What was particularly wonderful about this story was the girl's response to her mother's concerns about what had happened ...

"Don't worry, mum" my daughter said, "Me and my friends sat in the sober circle. And we made sure we only drank soft drink from bottles that hadn't been opened yet." I was grateful that she managed the situation well but I was so pissed off the parents didn't supervise!

Holding a party for teenagers, whether it be at your home or somewhere you have hired for the evening, is a huge responsibility. Although the thought of it may be terrifying, it is important to remember that holding a party can also be a great opportunity for you to strengthen your relationship with your child, get to know their friends and become more involved in their life. At the same time, you are providing an environment for a group of young people to get together and have a good time. Things can go terribly wrong, even when alcohol or other drugs are not involved. As such, if you decide to put on a party for your teen you need to think carefully about all the possible risks and put things into place to make sure that the party is as safe as possible – for the people coming to the party, your neighbours and of course, you and your family. Most importantly, you have to supervise!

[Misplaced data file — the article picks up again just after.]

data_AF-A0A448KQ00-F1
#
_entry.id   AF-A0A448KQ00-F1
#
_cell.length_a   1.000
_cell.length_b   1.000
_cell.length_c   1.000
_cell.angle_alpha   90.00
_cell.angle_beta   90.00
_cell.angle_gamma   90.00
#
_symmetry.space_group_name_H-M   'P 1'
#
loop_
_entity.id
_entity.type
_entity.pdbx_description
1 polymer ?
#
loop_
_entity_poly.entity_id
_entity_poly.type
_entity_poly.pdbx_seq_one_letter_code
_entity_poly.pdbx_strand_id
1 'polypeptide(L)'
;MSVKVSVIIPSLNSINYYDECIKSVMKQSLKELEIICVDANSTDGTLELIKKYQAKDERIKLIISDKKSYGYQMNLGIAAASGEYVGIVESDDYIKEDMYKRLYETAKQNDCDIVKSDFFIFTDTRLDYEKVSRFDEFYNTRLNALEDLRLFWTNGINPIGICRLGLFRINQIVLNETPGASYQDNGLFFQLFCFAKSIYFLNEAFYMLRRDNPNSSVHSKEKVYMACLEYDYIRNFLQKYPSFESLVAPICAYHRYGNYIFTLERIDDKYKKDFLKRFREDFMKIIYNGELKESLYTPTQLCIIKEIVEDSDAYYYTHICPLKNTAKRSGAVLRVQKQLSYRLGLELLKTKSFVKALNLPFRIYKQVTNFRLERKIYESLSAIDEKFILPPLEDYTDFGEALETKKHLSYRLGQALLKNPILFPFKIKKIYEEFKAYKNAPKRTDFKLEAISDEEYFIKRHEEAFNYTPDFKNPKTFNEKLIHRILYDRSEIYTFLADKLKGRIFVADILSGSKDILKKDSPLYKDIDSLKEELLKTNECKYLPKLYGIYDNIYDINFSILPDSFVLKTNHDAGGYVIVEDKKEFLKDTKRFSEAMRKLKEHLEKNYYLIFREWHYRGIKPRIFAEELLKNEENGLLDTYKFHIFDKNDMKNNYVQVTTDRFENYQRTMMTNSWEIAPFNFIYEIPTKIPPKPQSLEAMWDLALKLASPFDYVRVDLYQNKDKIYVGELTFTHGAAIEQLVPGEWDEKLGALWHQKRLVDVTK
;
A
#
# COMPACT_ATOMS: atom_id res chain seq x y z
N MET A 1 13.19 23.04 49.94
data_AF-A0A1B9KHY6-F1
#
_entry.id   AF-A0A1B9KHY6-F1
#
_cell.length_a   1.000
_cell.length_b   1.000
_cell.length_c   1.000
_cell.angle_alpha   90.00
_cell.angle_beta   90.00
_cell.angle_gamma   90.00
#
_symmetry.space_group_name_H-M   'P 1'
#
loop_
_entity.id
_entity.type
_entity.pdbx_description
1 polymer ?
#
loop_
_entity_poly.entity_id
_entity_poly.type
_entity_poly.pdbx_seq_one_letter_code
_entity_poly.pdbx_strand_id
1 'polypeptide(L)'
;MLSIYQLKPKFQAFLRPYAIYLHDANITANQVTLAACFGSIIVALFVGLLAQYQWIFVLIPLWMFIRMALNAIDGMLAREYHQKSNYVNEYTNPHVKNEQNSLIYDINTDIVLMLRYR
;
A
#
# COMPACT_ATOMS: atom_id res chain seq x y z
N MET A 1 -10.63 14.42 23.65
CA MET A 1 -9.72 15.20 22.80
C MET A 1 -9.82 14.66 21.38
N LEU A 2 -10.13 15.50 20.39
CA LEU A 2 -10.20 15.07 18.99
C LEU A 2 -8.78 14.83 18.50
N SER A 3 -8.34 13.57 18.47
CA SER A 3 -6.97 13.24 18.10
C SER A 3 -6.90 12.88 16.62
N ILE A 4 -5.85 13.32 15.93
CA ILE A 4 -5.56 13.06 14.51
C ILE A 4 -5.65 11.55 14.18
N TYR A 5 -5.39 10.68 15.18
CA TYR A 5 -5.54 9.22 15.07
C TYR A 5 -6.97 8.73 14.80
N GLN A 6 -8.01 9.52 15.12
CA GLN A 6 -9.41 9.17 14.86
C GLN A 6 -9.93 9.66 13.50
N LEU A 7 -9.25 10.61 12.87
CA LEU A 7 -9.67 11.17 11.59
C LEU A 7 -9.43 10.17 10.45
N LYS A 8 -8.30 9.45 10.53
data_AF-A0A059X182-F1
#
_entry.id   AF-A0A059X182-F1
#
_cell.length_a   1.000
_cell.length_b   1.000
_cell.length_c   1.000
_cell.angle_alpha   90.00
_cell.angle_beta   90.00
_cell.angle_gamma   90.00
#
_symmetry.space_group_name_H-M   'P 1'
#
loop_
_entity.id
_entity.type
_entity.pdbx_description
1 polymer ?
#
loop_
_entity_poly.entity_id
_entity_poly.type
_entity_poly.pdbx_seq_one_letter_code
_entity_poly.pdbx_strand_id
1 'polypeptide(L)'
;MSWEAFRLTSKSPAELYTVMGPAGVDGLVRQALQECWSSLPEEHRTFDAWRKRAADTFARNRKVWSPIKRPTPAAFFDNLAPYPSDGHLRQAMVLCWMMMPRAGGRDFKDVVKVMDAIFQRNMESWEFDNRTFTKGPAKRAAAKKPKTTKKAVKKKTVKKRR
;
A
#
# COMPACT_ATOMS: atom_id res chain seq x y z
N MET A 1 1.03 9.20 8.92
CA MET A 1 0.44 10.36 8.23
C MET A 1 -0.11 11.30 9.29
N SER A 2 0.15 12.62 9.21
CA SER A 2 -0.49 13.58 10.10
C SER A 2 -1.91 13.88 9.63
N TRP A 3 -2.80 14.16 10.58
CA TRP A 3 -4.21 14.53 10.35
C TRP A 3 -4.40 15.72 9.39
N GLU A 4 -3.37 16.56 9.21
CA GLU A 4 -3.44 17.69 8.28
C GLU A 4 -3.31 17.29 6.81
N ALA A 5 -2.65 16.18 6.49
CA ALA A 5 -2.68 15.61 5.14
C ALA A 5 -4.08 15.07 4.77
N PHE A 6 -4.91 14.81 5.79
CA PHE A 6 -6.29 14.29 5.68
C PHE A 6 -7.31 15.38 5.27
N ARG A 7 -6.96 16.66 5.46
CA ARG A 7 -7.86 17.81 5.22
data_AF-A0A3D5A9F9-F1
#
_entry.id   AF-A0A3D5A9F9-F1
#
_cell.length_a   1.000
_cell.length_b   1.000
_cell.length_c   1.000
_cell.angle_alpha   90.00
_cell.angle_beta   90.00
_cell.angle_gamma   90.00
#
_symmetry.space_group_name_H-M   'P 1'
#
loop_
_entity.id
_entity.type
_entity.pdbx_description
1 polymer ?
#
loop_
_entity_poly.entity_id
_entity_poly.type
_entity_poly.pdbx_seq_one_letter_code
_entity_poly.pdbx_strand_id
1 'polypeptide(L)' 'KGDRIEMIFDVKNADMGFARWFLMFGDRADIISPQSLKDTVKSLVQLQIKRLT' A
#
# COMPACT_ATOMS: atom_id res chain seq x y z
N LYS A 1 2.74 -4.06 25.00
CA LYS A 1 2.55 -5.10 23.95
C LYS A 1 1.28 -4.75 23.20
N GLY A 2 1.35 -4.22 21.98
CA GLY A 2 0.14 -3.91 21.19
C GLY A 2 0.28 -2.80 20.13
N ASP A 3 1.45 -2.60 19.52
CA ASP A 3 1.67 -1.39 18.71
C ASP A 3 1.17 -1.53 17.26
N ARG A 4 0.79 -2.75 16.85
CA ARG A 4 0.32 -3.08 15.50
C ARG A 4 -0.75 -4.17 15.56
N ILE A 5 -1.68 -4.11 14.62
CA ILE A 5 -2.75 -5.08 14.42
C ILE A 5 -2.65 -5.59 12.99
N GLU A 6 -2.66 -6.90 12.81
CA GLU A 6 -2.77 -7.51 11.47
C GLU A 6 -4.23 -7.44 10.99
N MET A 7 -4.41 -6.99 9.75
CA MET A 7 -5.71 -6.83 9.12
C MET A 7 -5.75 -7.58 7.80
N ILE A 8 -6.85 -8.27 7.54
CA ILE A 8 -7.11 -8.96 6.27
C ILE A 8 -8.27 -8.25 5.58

Let's make it really simple here - supervision is not:
  • simply being at home - you and your partner in the lounge room and the teens out the back
  • having a couple of adult friends over to assist with potential gatecrashers - and while they're there, well you all may as well have a couple of drinks in the kitchen
  • asking your older children to make sure they're at home to mingle with the partygoers - they're closer to the kids' ages and they'll have a better idea of what to look for and will be able to respond more appropriately than some 'fuddy-duddy' parents
  • hiring a security company to deal with alcohol and gatecrasher issues - that way, you're covered and you can go out and have dinner and a few drinks and no problems
  • partying with the teens - your son or daughter is your best friend and why miss out on a good time?